IRAM_image.png    The Instituto De Radiomedicia (Clinica IRAM) in Santiago, Chile, has turned to knowledge-based treatment planning to overcome its greatest challenge—managing workload and improving efficiency. At Clinica IRAM, ten oncologists, five dosimetrists, and three physicists plan radiotherapy treatments for 250 patients per month. They treat the full gamut of cancer cases, including pediatrics, and offer the full complement of techniques, including SRS, SBRT, RPM breath hold and RapidArc® IMRT. The clinic acquired RapidPlan in 2016 and, within three months, was using it clinically to plan prostate, lung, accelerated partial breast, and head-and-neck treatments. Staff radiation oncologist and clinician investigator Claudio V. Solé P. MD, PhD, credits models from UCSD for the swift clinical adoption of RapidPlan.

“RapidPlan is a great software tool for access to preconfigured plan models,” says Solé. “The consistency of our planning has improved significantly, which has helped us standardize clinical, network, and operational processes for greater productivity and efficiency.” Solé reports that planning time has been reduced by about 50 percent while PTV coverage and normal tissue sparing has been improved in many cases.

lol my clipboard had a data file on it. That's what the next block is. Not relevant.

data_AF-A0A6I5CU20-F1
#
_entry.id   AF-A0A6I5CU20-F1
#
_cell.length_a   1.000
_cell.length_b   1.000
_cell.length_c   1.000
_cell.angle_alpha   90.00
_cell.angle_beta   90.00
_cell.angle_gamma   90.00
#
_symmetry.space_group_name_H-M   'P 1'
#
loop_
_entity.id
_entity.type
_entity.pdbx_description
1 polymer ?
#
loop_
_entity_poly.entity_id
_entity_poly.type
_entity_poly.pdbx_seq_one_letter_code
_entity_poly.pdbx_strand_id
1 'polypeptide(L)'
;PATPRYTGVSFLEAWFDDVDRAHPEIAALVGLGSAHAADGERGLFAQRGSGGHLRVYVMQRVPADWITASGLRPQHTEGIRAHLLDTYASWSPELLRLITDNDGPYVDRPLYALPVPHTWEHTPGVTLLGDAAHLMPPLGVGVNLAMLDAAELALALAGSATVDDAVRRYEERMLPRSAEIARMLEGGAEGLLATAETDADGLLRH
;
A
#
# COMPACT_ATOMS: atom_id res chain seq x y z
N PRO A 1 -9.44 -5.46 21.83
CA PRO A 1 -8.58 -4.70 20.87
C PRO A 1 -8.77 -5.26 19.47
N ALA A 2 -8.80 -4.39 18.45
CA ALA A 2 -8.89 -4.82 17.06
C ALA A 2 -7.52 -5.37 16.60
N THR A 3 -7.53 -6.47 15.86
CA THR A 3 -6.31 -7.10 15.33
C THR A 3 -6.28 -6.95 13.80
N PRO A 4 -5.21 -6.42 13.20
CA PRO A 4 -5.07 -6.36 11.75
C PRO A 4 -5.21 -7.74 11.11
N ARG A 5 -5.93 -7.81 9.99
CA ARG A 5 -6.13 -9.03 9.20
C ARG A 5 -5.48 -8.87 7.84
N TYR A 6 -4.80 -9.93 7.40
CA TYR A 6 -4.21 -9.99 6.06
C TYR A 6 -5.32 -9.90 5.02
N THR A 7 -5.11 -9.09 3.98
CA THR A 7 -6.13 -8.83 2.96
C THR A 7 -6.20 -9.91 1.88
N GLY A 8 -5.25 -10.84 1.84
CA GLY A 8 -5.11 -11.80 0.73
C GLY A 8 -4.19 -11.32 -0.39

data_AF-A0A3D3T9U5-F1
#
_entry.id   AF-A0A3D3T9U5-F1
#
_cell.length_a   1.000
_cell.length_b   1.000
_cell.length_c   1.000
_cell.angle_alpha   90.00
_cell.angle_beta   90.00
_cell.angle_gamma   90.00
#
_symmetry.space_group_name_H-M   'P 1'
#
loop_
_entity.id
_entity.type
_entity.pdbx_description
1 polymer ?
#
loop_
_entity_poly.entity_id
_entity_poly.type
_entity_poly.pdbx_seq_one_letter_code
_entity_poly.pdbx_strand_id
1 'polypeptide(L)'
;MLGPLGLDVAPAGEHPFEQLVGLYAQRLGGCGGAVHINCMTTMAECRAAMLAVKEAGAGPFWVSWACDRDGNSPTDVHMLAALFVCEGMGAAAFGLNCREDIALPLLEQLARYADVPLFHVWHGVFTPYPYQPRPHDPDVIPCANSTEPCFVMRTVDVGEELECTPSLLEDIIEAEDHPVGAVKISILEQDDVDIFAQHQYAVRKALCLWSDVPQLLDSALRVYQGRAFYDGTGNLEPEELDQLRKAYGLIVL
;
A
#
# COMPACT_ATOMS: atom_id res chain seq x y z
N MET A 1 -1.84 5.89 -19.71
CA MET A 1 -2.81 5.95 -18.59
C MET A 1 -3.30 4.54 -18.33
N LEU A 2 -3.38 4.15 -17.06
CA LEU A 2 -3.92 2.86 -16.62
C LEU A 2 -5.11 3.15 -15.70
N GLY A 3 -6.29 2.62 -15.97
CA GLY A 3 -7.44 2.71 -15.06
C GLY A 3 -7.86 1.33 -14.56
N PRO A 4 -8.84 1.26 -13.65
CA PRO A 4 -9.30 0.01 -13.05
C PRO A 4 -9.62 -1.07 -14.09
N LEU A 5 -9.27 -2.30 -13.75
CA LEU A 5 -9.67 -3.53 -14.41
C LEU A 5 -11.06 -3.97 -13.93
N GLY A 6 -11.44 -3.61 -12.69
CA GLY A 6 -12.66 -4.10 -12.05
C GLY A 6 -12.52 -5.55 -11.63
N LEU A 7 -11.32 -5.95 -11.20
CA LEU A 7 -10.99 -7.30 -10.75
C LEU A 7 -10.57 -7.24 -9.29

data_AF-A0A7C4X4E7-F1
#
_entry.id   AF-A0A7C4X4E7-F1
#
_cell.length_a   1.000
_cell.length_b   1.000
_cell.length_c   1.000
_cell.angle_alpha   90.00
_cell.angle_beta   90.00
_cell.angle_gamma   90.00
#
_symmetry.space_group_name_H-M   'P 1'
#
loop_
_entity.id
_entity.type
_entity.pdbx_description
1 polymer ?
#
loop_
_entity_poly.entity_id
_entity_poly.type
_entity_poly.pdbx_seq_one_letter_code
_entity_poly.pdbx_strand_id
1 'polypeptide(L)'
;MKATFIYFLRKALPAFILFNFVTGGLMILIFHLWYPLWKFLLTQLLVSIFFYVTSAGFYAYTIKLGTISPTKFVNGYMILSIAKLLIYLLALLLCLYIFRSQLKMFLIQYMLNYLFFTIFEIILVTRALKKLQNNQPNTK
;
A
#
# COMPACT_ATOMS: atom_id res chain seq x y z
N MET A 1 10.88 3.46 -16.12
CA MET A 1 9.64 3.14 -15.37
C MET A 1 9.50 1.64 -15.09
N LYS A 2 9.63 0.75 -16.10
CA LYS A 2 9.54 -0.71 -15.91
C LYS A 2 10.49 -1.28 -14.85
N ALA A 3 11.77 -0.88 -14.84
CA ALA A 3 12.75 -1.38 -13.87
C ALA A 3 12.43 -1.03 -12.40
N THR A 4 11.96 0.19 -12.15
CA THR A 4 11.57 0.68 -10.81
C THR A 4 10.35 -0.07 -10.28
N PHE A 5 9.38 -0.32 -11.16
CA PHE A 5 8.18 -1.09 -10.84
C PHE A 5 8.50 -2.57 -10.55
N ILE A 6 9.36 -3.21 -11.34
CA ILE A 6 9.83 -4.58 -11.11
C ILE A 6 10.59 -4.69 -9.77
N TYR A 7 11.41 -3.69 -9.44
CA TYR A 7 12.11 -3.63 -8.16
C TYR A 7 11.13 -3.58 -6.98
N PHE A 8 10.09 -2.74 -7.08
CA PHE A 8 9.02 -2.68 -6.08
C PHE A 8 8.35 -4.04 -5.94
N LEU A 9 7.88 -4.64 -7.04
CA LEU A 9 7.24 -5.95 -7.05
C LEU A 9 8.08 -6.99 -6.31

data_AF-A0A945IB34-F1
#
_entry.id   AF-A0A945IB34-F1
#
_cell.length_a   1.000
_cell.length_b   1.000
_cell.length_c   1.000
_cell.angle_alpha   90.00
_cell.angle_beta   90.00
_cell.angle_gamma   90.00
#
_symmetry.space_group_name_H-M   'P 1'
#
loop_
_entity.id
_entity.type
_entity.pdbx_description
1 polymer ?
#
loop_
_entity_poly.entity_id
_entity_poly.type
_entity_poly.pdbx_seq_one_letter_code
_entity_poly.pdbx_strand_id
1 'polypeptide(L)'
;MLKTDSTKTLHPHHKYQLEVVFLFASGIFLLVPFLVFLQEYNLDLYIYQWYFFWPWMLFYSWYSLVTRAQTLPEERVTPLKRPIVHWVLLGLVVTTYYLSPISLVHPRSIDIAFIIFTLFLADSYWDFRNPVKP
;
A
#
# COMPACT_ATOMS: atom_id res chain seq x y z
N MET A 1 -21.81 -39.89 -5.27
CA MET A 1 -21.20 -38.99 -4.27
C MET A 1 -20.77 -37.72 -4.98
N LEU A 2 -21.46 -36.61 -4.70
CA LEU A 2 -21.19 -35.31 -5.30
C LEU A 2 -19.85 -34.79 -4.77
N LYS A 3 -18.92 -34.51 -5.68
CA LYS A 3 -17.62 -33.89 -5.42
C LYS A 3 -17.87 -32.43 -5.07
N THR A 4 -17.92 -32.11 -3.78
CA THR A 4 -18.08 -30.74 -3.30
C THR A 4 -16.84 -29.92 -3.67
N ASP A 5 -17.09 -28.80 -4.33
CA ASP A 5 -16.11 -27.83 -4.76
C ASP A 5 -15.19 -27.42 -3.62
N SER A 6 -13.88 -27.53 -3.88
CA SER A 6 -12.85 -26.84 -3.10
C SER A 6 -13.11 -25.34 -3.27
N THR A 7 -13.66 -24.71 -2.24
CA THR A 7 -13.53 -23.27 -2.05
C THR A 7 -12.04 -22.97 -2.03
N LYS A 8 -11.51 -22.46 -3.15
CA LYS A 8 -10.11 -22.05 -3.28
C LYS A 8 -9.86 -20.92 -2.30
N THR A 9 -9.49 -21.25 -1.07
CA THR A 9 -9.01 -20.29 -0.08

“RapidArc IMRT treatments that used to take two days to plan in our workflow now take one day using RapidPlan,” says Solé by way of example. The greatest improvements in efficiency have come in prostate, lung, and head & neck plans. “For these sites, our plans were very consistent to protocol before RapidPlan; with RapidPlan we have gained speed.”

Clinica IRAM plans to expand use of RapidPlan for esophageal and gynecological planning, and they have developed their own RapidPlan model for CNS. In conclusion, Solé states, “Knowledge-based planning is a valuable tool to expand IMRT-SBRT use with minimal impact on current staffing levels.” This makes RapidPlan welcome at a time when demand for care is increasing and trained dosimetrists and physicists are in short supply.


1Weksberg, David C. et al. Generalizable class solutions for treatment planning of spinal stereotactic body radiation therapy. Int J Radiation Oncol Biol Phys. 2012; 84(3):847-853.

2Good, David et al. A knowledge-based approach to improving and homogenizing intensity modulated radiation therapy planning quality among treatment centers: An example application to prostate cancer planning. Int J Radiation Oncol Biol Phys. 2013;87(1):176-181.